SAS No. 26 Audit Sampling      


Issued by Auditing Standards Committee in Taiwan on 30 June, 1994.


When designing audit procedures, the auditor should determine appropriate means for selecting items for testing so as to gather sufficient appropriate audit evidence to meet the objectives of the audit procedures.

Audit sampling involves the application of audit procedures to less than 100% of items within a class of transactions or account balance such that all sampling units have a chance of selection. This will enable the auditor to obtain and evaluate audit evidence about some characteristic of the items selected in order to form or assist in forming a conclusion concerning the population from which the sample is drawn. Audit sampling can use either a statistical or a non-statistical approach.  

The auditor should apply professional judgment in designing audit sampling and take into account the following:

  • The relationship of the sample to the relevant audit objective.
  • Population and sampling units.
  • Risks and confidence level.
  • Tolerable error.
  • Expected error in the population.
  • Stratification.

Sampling risk arises from the possibility that the auditor’s conclusion, based on a sample, may be different from the conclusion he would reach if the entire population were subjected to the same audit procedure.

Sample items should be selected in such a way that the sample can be expected to be representative of the population. This requires that all items in the population have an opportunity of being selected.

While there are a number of selection methods, three methods commonly used are:

  • Random selection,
  • Systematic selection, and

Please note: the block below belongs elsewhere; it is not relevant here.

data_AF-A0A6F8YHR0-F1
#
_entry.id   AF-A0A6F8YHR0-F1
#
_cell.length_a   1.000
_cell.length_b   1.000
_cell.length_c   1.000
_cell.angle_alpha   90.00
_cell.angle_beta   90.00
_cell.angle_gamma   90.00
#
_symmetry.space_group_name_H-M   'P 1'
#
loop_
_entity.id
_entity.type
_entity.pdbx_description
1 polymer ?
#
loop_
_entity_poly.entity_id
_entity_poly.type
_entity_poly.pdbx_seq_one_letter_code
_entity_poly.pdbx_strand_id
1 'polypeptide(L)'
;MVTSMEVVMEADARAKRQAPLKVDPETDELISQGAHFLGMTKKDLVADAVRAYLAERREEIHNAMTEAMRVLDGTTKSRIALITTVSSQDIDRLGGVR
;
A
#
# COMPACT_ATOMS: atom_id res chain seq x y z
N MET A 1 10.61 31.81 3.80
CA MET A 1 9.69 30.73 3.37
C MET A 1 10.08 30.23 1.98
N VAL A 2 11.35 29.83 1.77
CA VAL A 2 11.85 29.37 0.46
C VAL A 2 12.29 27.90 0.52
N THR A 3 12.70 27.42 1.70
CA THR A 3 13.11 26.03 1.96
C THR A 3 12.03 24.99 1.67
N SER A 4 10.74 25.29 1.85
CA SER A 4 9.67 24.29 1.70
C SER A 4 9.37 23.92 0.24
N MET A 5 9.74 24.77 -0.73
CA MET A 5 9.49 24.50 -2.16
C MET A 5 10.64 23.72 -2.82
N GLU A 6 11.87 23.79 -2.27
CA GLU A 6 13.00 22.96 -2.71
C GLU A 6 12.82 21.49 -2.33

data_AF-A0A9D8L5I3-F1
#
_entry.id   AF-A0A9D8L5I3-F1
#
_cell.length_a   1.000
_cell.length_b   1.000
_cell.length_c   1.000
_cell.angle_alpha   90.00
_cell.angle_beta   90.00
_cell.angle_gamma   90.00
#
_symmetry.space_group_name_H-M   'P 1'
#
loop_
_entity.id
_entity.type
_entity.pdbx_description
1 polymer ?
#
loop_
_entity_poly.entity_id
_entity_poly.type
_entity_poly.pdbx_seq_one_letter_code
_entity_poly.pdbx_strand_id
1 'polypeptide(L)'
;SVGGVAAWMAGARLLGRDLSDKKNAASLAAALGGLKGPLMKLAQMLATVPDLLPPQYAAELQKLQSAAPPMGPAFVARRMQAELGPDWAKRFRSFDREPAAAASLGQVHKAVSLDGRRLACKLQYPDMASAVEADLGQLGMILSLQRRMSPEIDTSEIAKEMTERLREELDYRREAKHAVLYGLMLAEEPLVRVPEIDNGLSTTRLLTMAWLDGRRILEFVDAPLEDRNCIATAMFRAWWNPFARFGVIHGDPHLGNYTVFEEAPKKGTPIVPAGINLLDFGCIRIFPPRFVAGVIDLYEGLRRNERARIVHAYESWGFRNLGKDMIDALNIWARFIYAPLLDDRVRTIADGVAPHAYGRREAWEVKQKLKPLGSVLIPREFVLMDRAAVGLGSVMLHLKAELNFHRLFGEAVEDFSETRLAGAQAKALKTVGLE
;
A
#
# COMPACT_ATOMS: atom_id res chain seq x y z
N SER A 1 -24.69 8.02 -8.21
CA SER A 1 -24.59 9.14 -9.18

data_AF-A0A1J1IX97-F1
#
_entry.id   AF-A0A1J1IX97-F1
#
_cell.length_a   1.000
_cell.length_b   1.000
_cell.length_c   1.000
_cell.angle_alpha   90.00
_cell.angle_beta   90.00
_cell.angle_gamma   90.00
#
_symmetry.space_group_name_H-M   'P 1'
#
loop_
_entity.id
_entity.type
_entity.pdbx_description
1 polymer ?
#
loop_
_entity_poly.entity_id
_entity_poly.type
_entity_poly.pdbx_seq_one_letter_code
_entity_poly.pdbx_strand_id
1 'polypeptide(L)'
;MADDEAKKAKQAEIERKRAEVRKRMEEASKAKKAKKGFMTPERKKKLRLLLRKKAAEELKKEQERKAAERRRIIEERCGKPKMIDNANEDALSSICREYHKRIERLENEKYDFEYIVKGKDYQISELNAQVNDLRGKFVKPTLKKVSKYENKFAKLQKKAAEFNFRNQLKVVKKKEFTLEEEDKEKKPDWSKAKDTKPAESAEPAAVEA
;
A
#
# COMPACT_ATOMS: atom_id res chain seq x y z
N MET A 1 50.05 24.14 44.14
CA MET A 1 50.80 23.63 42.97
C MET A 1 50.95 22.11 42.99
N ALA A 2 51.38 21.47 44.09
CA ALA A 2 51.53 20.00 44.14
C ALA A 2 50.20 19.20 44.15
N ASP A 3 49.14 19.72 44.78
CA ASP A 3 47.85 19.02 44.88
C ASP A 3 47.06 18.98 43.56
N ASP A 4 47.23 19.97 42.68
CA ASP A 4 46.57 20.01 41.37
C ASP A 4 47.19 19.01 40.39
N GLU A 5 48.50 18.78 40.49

• Haphazard selection.

Random selection ensures that all items in the population or within each stratum have a known chance of selection. Systematic selection involves selecting items using a constant interval between selections, the first interval having a random start. Haphazard selection may be an alternative to random selection provided that the auditor attempts to draw a representative sample from the entire population with no intention to either include or exclude specific units. 

Having carried out, on each sample item, those audit procedures that are appropriate to the particular audit objective, the auditor should:

  • Analyze any errors detected in the sample.
  • Project the errors found in the sample to the population, and
  • Assess the sampling risk.

The auditor should project the error results of the sample to the population from which the same was selected. When projecting error results, the auditor should keep in mind the qualitative aspects of the errors found.

The auditor should consider whether errors in the population might exceed the tolerable error by comparing the projected population error to the tolerable error and also then compare the sample result to the evidence obtained from other relevant audit procedures when forming his conclusions about an account balance, class of transactions or specific control.  

Having evaluated the sampling results, the auditor should conclude as to the extent to which he has obtained sufficient appropriate audit evidence in support of the particular characteristic of the account balance or class of transaction with which he is concerned.

Effective date

This Statement is effective for audit of financial statements with fiscal years ending on or after 31 December, 1996.

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